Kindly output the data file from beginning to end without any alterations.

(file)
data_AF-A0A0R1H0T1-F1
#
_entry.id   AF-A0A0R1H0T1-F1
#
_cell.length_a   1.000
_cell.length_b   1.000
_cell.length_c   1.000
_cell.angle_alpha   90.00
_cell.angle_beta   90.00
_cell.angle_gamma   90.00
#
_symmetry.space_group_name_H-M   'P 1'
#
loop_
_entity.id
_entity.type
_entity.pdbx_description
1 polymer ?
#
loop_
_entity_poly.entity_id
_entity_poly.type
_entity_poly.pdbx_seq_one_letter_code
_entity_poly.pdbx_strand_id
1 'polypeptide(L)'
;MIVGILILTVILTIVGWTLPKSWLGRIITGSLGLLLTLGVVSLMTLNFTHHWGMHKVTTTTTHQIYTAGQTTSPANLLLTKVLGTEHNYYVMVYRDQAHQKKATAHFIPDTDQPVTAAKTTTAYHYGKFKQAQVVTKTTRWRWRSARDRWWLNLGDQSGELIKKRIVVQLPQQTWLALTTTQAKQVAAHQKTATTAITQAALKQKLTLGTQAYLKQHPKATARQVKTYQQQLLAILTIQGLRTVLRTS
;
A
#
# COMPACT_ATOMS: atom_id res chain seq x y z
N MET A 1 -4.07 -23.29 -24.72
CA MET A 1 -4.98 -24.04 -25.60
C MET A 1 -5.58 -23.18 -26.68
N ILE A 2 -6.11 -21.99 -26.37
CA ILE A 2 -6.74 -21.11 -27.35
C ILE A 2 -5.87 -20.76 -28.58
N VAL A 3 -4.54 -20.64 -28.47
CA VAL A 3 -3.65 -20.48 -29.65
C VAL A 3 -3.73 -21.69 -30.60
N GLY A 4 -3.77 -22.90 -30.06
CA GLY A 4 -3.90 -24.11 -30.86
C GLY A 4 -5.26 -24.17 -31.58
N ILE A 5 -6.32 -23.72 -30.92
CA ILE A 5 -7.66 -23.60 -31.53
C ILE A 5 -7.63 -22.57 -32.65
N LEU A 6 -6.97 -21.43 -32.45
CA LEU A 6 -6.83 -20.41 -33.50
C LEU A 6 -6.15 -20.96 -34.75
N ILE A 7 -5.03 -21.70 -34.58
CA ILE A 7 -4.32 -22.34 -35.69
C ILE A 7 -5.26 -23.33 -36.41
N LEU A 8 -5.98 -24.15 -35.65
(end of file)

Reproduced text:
data_AF-A0A0R1H0T1-F1
#
_entry.id   AF-A0A0R1H0T1-F1
#
_cell.length_a   1.000
_cell.length_b   1.000
_cell.length_c   1.000
_cell.angle_alpha   90.00
_cell.angle_beta   90.00
_cell.angle_gamma   90.00
#
_symmetry.space_group_name_H-M   'P 1'
#
loop_
_entity.id
_entity.type
_entity.pdbx_description
1 polymer ?
#
loop_
_entity_poly.entity_id
_entity_poly.type
_entity_poly.pdbx_seq_one_letter_code
_entity_poly.pdbx_strand_id
1 'polypeptide(L)'
;MIVGILILTVILTIVGWTLPKSWLGRIITGSLGLLLTLGVVSLMTLNFTHHWGMHKVTTTTTHQIYTAGQTTSPANLLLTKVLGTEHNYYVMVYRDQAHQKKATAHFIPDTDQPVTAAKTTTAYHYGKFKQAQVVTKTTRWRWRSARDRWWLNLGDQSGELIKKRIVVQLPQQTWLALTTTQAKQVAAHQKTATTAITQAALKQKLTLGTQAYLKQHPKATARQVKTYQQQLLAILTIQGLRTVLRTS
;
A
#
# COMPACT_ATOMS: atom_id res chain seq x y z
N MET A 1 -4.07 -23.29 -24.72
CA MET A 1 -4.98 -24.04 -25.60
C MET A 1 -5.58 -23.18 -26.68
N ILE A 2 -6.11 -21.99 -26.37
CA ILE A 2 -6.74 -21.11 -27.35
C ILE A 2 -5.87 -20.76 -28.58
N VAL A 3 -4.54 -20.64 -28.47
CA VAL A 3 -3.65 -20.48 -29.65
C VAL A 3 -3.73 -21.69 -30.60
N GLY A 4 -3.77 -22.90 -30.06
CA GLY A 4 -3.90 -24.11 -30.86
C GLY A 4 -5.26 -24.17 -31.58
N ILE A 5 -6.32 -23.72 -30.92
CA ILE A 5 -7.66 -23.60 -31.53
C ILE A 5 -7.63 -22.57 -32.65
N LEU A 6 -6.97 -21.43 -32.45
CA LEU A 6 -6.83 -20.41 -33.50
C LEU A 6 -6.15 -20.96 -34.75
N ILE A 7 -5.03 -21.70 -34.58
CA ILE A 7 -4.32 -22.34 -35.69
C ILE A 7 -5.26 -23.33 -36.41
N LEU A 8 -5.98 -24.15 -35.65